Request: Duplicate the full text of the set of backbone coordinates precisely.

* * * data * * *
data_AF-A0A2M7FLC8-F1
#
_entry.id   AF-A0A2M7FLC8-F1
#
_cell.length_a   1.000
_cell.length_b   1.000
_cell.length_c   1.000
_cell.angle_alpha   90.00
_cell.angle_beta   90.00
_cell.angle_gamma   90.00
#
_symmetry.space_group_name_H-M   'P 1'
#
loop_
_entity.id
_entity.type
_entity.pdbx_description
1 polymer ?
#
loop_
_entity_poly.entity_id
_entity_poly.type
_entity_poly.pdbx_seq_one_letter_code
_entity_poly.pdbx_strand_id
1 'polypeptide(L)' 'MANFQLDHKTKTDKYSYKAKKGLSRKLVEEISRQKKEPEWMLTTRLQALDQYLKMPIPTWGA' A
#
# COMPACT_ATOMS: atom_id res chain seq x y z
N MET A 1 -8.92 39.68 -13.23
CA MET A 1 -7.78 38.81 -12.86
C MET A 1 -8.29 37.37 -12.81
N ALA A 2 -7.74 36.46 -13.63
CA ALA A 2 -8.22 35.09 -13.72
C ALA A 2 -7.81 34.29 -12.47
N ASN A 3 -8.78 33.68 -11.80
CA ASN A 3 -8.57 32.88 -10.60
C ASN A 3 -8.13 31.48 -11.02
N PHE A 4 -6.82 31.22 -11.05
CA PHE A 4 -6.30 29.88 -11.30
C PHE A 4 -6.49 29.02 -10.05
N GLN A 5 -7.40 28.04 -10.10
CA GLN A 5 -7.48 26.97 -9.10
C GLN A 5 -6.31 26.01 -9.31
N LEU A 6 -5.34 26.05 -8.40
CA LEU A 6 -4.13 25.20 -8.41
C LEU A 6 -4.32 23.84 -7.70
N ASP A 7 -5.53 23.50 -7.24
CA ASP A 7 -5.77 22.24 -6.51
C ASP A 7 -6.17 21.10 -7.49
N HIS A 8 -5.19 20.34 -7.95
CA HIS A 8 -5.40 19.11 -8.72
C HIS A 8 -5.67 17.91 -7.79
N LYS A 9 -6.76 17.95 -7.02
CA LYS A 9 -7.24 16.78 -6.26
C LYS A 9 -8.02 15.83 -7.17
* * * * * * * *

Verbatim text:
data_AF-A0A2M7FLC8-F1
#
_entry.id   AF-A0A2M7FLC8-F1
#
_cell.length_a   1.000
_cell.length_b   1.000
_cell.length_c   1.000
_cell.angle_alpha   90.00
_cell.angle_beta   90.00
_cell.angle_gamma   90.00
#
_symmetry.space_group_name_H-M   'P 1'
#
loop_
_entity.id
_entity.type
_entity.pdbx_description
1 polymer ?
#
loop_
_entity_poly.entity_id
_entity_poly.type
_entity_poly.pdbx_seq_one_letter_code
_entity_poly.pdbx_strand_id
1 'polypeptide(L)' 'MANFQLDHKTKTDKYSYKAKKGLSRKLVEEISRQKKEPEWMLTTRLQALDQYLKMPIPTWGA' A
#
# COMPACT_ATOMS: atom_id res chain seq x y z
N MET A 1 -8.92 39.68 -13.23
CA MET A 1 -7.78 38.81 -12.86
C MET A 1 -8.29 37.37 -12.81
N ALA A 2 -7.74 36.46 -13.63
CA ALA A 2 -8.22 35.09 -13.72
C ALA A 2 -7.81 34.29 -12.47
N ASN A 3 -8.78 33.68 -11.80
CA ASN A 3 -8.57 32.88 -10.60
C ASN A 3 -8.13 31.48 -11.02
N PHE A 4 -6.82 31.22 -11.05
CA PHE A 4 -6.30 29.88 -11.30
C PHE A 4 -6.49 29.02 -10.05
N GLN A 5 -7.40 28.04 -10.10
CA GLN A 5 -7.48 26.97 -9.10
C GLN A 5 -6.31 26.01 -9.31
N LEU A 6 -5.34 26.05 -8.40
CA LEU A 6 -4.13 25.20 -8.41
C LEU A 6 -4.32 23.84 -7.70
N ASP A 7 -5.53 23.50 -7.24
CA ASP A 7 -5.77 22.24 -6.51
C ASP A 7 -6.17 21.10 -7.49
N HIS A 8 -5.19 20.34 -7.95
CA HIS A 8 -5.40 19.11 -8.72
C HIS A 8 -5.67 17.91 -7.79
N LYS A 9 -6.76 17.95 -7.02
CA LYS A 9 -7.24 16.78 -6.26
C LYS A 9 -8.02 15.83 -7.17